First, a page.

Having put out a call for an alternative to the term ‘master plan’ David Rudlin reviews some of the many suggestions
The other week I was in Sunderland and thought I would visit the Vaux site which my team master planned a few years ago. We were not the first people to master plan the site – I remember a high-profile scheme by Piers Gough that I saw him present in Mipin. But we were the last, and it was our master plan that was being built, or so I thought.
Our plan was based on two intersecting grids designed to create a long vista to the iconic Wearmouth Bridge. The scheme had secured planning permission and the key building at the fulcrum of the two grids, designed by Fielden Clegg Bradly had been completed along with the key bits of public realm.
I was therefore confident when I arrived, and it was great to see the new council offices built in accordance with the plan. However my optimism evaporated as I turned the corner, I found that a block had been built across the main axis blocking the view of the bridge – I was gutted, the plan no longer made any sense!
This never happened to Nash, Haussmann or Cerdà. Or maybe it did – maybe we just don’t know about their compromised plans. I suspect someone in Sunderland made an innocent decision to square-off that block without realising the central idea of the plan. We don’t have a system in the UK by which masterplans can be regulated over time.
Which brings me back to my appeal in my last column for a new term to describe a master plan. Of course, I realise now that answers don’t come on a postcard but via social media. However it did trigger an interesting debate that was as much about the process of master planning as the term itself.
There were plenty of suggestions for more acceptable names such as Urban Plan, Metropolitan Plan and even Big Plan. A number of people proposed Strategic Vision although they worried this would imply that we are visionaries. However, the alternative Strategic Framework felt a bit too prosaic.
So the word Master might be important – good planning requires a bit of top-down imposition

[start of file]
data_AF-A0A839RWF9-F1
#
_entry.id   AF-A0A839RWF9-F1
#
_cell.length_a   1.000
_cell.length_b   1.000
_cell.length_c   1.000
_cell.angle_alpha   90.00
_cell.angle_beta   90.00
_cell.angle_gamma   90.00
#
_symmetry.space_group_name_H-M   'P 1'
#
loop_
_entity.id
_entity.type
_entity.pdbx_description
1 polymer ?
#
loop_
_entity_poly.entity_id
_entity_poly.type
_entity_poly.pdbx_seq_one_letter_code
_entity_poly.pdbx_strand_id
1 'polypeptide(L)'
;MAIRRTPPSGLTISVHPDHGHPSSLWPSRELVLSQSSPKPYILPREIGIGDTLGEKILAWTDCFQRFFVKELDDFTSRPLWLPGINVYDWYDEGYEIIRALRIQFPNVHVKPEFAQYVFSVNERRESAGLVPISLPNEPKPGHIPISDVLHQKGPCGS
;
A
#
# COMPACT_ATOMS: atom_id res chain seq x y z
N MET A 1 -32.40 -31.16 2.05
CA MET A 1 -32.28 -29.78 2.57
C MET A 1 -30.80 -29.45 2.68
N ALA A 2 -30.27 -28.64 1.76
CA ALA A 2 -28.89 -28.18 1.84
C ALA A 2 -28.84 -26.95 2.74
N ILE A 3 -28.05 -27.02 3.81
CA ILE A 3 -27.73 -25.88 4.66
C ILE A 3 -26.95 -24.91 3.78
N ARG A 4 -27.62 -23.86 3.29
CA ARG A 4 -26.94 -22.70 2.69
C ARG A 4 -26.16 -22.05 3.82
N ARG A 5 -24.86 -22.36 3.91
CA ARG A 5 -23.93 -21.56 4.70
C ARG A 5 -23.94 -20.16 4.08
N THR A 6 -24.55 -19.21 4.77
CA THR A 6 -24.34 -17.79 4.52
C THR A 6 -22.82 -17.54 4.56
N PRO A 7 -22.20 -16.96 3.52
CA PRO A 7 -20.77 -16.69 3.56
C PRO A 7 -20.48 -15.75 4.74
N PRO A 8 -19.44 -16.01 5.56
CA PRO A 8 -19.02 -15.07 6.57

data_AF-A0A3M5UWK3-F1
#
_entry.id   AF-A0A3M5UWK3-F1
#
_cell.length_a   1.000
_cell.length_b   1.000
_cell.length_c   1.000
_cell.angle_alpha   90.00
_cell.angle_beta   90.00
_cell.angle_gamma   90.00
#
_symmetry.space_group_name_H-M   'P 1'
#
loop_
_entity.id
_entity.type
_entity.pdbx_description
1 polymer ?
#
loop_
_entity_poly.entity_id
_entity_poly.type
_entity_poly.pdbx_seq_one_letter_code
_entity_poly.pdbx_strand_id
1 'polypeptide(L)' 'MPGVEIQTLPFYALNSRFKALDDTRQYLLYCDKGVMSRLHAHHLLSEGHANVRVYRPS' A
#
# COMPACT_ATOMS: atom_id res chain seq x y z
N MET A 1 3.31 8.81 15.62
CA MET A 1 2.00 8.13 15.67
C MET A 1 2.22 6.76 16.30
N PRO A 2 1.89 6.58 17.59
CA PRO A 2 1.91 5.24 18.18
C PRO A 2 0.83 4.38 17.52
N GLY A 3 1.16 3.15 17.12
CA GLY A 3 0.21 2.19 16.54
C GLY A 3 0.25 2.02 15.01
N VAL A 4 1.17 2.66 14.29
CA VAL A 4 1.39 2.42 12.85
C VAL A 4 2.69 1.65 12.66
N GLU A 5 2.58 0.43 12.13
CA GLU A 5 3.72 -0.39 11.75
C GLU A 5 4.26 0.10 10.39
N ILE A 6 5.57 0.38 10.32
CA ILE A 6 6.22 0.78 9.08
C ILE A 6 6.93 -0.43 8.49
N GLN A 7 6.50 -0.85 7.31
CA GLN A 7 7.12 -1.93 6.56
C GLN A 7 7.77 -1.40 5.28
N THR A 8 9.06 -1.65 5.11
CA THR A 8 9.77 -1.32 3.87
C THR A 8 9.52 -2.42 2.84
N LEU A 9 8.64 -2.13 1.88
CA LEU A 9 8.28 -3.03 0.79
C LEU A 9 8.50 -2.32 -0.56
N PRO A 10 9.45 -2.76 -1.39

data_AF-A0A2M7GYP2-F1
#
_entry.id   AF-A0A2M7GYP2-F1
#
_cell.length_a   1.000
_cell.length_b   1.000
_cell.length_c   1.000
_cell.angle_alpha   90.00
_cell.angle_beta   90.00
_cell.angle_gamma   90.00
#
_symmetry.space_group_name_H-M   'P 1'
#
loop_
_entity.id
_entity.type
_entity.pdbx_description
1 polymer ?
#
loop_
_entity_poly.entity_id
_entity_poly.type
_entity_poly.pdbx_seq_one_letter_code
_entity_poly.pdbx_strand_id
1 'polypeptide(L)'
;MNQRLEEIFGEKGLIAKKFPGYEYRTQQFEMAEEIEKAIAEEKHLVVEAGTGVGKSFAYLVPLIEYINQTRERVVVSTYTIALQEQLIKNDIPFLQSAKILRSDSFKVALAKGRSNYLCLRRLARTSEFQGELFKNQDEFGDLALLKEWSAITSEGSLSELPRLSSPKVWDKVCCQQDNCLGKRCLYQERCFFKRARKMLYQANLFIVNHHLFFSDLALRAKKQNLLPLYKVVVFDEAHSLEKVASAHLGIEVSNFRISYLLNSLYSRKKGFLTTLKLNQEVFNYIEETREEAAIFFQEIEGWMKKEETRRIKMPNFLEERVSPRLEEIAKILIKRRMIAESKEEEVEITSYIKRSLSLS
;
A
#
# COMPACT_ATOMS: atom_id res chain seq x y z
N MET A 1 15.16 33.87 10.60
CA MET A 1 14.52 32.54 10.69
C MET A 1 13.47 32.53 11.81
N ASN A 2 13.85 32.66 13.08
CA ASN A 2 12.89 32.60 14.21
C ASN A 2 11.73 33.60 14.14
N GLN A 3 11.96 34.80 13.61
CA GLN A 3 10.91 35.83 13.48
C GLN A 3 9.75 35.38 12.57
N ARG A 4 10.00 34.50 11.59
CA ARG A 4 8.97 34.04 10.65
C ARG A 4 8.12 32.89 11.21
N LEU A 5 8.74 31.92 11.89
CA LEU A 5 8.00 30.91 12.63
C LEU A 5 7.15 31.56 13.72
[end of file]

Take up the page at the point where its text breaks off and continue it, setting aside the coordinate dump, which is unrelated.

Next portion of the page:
Some sought to counter the idea that master planning was too top-down. Maybe names like Community Plan or even Commons Plan would encourage a more bottom-up approach? I rather liked Commons Plan but it still doesn’t really describe what we do.
Then there were the concerns that master plans over-simplify the process and fail to recognise the temporal nature of urban design. Maybe Area Evolution Plans or Framework Integration Plans capture the idea that we need to be managing urban change rather than focussing on end-state plans. Both terms describe quite well what we do as urban designers even if no one else is going to know what they mean.
Then there were Assemble Plans, Regulatory Plans, Parameter Plans or even Flight Decks. I assumed the latter was a management consultancy term, but apparently not. No one supported Place Making as a term and quite a few people suggested that Master Plan may be terrible, but it is the best we have.
One of the arguments, for which I have some sympathy, suggested that Master Plan was the right term because sometimes there was nothing wrong with a bit of top-down planning. Bottom-up plans are not really plans at all, they are just an agglomeration of current assumptions and biases. The world will never change unless someone is prepared to stick their neck out and postulate what a better future might be.
There is no harm in drawing a plan of that possible future and, if it is agreed, fixing this as a master plan. Flexibility is obviously a good thing, because the plan must flex and evolve in response to changing circumstances (this is why another of the suggestions Blueprint doesn’t work). However too often flexibility is used as an excuse to ignore the plan which just negates the whole exercise as happened in Sunderland.
So the word Master might be important – good planning requires a bit of top-down imposition.
The question is whether there is a better word that conveys this without being gendered or otherwise compromised? I think the closest suggestion was Civic Plan, which also has the advantage that we can revive the term Civic Design which I have always liked. Of course, one of the oldest planning schools in the UK is the Liverpool School of Civic Design - there are, after all, no new ideas.
>> Also read: Master plans are for Bond villains
David Rudlin is director of Urban Design at BDP and visiting professor at Manchester School of Architecture.
He is a co-author of High Street: How our town centres can bounce back from the retail crisis, published by RIBA Publishing.